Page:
i feel like i have lived a thousand years,
i said to moon when she was fat and full,
when she grew dark i knelt and bled my tears
from wounds called eyes into a silver bowl.
i poured them down upon the plum tree root
as she went waxing through the midnight sky,
and though i never heard the drum and flute
young again i was, with wings to fly.
i saw her hanging with the noon’s sun king,
she never tried to make me understand,
nor did she ask for faith or blind believing
when eclipsed i couldn’t see her reaching hand.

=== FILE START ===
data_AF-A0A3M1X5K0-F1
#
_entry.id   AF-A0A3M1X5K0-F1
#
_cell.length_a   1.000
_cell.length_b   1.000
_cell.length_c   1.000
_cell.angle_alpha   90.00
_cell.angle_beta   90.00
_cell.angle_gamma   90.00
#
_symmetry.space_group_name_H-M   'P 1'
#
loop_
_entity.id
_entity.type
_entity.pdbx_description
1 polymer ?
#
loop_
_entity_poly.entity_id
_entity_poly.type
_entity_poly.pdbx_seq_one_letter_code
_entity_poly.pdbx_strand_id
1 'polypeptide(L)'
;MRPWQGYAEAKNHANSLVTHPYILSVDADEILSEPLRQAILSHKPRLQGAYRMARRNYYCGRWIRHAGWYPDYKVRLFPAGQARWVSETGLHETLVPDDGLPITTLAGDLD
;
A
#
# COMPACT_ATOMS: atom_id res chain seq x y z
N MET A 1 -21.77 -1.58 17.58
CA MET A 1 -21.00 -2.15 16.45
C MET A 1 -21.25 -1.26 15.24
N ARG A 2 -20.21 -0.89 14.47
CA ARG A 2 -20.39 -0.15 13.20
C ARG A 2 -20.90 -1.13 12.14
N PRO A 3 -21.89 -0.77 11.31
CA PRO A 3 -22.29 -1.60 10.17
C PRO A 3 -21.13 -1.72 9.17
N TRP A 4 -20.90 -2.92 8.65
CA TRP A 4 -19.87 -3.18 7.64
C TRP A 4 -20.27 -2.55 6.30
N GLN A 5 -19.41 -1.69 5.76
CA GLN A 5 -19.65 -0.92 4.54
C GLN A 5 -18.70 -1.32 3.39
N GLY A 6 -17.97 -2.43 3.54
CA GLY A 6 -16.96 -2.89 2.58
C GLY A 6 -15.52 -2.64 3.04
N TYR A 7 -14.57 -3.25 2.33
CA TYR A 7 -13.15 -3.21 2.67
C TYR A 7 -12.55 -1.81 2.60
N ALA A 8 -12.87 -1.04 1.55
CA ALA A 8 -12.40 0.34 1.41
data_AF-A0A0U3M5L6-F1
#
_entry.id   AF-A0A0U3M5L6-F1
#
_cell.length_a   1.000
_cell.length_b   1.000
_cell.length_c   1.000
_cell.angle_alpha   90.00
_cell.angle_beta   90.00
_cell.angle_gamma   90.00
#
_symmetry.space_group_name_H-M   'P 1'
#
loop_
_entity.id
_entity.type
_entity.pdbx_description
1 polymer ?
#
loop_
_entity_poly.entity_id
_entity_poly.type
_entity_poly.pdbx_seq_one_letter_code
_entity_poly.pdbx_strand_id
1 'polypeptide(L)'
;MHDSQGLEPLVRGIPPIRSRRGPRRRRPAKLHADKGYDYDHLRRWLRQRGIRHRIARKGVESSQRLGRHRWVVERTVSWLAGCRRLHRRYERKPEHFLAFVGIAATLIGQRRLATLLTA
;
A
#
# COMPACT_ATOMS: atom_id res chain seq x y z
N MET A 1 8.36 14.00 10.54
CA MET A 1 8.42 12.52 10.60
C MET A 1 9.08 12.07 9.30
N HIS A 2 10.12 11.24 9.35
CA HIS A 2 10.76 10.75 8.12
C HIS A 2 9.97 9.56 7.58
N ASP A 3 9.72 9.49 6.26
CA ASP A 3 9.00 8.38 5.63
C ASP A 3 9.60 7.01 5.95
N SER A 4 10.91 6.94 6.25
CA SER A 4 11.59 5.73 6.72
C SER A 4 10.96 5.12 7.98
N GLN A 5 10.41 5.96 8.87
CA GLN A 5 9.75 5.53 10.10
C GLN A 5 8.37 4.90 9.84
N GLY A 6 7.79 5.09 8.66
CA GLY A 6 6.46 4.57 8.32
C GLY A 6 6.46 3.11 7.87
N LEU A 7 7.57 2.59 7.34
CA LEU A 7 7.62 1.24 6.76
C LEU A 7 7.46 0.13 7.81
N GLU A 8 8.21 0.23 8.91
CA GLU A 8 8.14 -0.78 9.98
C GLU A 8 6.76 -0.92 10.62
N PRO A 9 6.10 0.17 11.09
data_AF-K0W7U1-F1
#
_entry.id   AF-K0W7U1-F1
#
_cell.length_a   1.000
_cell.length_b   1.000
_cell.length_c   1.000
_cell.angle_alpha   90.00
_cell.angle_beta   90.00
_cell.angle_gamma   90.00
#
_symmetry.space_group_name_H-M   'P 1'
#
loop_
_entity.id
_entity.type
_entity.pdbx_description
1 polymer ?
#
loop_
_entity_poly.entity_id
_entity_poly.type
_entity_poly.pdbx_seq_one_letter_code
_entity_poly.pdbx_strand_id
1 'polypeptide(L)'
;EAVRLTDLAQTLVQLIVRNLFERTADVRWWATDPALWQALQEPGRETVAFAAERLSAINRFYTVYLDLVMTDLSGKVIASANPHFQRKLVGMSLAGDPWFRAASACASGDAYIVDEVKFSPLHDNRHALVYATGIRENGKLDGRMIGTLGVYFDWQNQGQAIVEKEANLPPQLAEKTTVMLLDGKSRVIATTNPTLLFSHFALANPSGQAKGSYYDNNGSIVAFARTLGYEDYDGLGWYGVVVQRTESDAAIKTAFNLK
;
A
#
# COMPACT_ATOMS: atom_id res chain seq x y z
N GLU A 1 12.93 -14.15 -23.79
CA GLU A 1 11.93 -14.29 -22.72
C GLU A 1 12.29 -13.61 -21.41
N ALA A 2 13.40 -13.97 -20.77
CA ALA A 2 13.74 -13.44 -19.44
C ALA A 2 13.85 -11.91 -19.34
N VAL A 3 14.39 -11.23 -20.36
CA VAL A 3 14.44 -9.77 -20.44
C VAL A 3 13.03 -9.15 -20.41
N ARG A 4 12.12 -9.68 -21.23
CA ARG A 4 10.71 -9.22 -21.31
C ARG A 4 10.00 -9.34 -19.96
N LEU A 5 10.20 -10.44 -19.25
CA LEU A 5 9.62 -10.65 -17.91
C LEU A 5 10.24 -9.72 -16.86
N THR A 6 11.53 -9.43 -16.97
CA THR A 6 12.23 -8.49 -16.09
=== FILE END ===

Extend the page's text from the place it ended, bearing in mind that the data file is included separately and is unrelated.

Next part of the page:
o moon, i’m gone, i cried, and fell upon the earth,
yes, she said, but death is mother of rebirth.
•••Lynn Sweeting is a prizewinning Bahamian journalist whose poems have appeared in The Caribbean Writer, Tongues of the Ocean, Poui, Yinna, and the Carifesta Anthology 2008. Her poems were included in Sisters of Caliban, a multilingual anthology of contemporary women poets of the Caribbean, edited by MJ Fenwick, (Azul Editions, 1997) and also in the Caribbean Writer’s Anthology of Writing from The Bahamas, 1997, which was nominated for the Pushcart Prize. She was awarded the 1998 Charlotte and Isador Paeiwonsky Poetry Prize from The Caribbean Writer and short-listed for the 2010 Small Axe Literary Prize. She is founding editor of WomanSpeak, A Journal of Writing and Art by Caribbean Women, writes regularly about women’s issues at her blog, Womanish Words, and is working on a poetry collection titled The Impossible Garden.